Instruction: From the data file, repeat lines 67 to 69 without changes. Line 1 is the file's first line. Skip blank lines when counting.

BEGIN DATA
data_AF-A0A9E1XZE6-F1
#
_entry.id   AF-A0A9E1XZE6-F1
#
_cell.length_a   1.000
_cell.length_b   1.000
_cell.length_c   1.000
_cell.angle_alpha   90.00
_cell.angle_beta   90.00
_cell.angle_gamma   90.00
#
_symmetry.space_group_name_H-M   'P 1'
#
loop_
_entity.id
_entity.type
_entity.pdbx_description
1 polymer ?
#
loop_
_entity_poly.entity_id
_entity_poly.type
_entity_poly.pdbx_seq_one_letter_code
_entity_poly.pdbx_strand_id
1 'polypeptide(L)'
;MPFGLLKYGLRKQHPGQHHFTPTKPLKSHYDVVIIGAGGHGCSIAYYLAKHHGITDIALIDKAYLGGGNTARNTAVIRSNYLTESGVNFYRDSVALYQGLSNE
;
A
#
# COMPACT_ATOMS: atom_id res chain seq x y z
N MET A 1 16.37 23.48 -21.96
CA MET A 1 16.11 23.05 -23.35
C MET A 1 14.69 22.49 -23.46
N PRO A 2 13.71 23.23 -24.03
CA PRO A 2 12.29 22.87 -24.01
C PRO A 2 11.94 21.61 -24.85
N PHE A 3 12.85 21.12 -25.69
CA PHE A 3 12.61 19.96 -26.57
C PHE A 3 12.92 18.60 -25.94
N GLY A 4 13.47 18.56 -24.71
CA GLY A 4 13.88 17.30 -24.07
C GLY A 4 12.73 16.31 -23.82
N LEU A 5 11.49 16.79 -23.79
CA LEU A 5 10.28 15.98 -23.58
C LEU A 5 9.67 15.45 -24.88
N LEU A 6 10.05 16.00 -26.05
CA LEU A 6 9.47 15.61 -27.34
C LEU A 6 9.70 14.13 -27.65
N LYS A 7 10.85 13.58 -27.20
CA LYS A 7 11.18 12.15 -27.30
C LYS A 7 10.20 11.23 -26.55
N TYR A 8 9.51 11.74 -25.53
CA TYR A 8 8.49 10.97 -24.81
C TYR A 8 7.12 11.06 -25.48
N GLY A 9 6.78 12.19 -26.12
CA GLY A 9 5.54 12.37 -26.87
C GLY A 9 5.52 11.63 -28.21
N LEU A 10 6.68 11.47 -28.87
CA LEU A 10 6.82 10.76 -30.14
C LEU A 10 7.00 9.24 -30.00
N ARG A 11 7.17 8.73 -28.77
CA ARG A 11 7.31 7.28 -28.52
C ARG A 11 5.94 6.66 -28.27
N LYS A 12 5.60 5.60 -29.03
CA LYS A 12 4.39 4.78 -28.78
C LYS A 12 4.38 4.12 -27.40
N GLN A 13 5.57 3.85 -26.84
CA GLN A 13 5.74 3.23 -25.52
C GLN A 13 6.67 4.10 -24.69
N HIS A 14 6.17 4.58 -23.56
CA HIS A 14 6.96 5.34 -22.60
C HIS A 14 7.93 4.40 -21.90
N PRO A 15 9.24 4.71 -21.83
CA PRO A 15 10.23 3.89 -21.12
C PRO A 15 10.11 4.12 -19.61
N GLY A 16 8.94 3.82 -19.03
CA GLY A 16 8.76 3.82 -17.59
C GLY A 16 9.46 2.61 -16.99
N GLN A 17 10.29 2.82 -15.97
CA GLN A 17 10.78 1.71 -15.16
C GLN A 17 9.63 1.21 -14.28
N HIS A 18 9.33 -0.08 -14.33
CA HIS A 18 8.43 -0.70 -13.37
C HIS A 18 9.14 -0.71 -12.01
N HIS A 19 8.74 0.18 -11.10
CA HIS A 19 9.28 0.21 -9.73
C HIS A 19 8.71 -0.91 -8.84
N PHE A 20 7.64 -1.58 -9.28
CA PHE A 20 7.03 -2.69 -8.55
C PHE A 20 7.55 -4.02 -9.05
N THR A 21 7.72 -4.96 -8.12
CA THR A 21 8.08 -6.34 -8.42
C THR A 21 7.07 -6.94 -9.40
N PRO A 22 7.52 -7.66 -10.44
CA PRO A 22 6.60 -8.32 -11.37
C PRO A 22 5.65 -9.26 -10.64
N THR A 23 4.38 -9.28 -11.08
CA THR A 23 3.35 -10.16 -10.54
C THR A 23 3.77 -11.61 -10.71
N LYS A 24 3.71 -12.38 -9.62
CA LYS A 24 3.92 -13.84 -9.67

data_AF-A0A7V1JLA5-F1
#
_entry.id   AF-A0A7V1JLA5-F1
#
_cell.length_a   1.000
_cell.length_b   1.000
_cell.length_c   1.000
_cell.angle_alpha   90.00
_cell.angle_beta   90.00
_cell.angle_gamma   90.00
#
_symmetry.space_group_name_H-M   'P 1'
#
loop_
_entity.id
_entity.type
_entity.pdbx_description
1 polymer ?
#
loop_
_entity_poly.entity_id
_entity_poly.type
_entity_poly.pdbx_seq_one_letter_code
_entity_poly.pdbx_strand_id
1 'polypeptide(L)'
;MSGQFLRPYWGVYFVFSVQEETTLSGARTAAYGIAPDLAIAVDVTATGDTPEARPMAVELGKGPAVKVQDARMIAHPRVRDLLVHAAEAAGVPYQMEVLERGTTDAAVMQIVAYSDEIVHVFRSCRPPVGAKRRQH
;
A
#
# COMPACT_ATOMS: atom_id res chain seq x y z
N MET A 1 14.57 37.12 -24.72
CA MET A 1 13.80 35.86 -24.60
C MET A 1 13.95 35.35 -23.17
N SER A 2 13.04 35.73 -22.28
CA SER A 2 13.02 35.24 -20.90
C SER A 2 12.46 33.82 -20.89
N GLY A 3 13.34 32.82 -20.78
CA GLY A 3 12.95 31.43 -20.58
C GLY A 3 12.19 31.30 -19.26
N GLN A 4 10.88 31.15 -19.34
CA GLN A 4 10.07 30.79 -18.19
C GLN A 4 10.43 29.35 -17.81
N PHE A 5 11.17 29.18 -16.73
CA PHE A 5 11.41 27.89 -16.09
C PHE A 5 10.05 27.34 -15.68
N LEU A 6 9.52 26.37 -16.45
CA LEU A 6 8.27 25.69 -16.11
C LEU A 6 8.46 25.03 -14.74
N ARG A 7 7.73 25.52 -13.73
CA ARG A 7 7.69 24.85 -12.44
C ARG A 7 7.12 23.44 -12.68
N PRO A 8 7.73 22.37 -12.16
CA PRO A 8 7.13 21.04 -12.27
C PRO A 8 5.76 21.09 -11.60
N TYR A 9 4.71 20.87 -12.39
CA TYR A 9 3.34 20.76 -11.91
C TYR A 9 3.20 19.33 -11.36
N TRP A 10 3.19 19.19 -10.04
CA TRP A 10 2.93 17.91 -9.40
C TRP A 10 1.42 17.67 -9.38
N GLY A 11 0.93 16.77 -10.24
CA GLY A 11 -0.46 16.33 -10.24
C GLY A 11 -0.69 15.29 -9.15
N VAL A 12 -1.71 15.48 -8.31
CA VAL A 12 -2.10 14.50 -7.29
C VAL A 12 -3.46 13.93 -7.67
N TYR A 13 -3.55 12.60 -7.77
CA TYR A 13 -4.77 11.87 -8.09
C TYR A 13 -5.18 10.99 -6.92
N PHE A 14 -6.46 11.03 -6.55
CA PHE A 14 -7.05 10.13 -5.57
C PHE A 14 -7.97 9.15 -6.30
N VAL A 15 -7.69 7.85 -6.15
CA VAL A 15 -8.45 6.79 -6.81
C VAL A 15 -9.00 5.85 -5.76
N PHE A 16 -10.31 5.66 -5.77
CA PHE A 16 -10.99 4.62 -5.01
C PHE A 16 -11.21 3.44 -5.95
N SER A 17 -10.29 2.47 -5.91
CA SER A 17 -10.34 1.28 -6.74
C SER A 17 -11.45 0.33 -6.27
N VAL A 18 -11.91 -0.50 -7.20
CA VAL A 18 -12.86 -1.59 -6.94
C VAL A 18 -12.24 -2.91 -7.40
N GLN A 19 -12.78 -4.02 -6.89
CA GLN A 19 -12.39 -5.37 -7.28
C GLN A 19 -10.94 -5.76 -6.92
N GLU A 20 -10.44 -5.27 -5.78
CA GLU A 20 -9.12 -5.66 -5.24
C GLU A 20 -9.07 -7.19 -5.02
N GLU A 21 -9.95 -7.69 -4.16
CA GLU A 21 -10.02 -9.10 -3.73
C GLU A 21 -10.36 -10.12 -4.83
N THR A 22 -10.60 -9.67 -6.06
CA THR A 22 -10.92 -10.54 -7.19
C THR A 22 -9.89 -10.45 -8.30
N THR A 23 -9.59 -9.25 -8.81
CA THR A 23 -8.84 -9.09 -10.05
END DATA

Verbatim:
N GLN A 13 5.57 3.85 -26.84
CA GLN A 13 5.74 3.23 -25.52
C GLN A 13 6.67 4.10 -24.69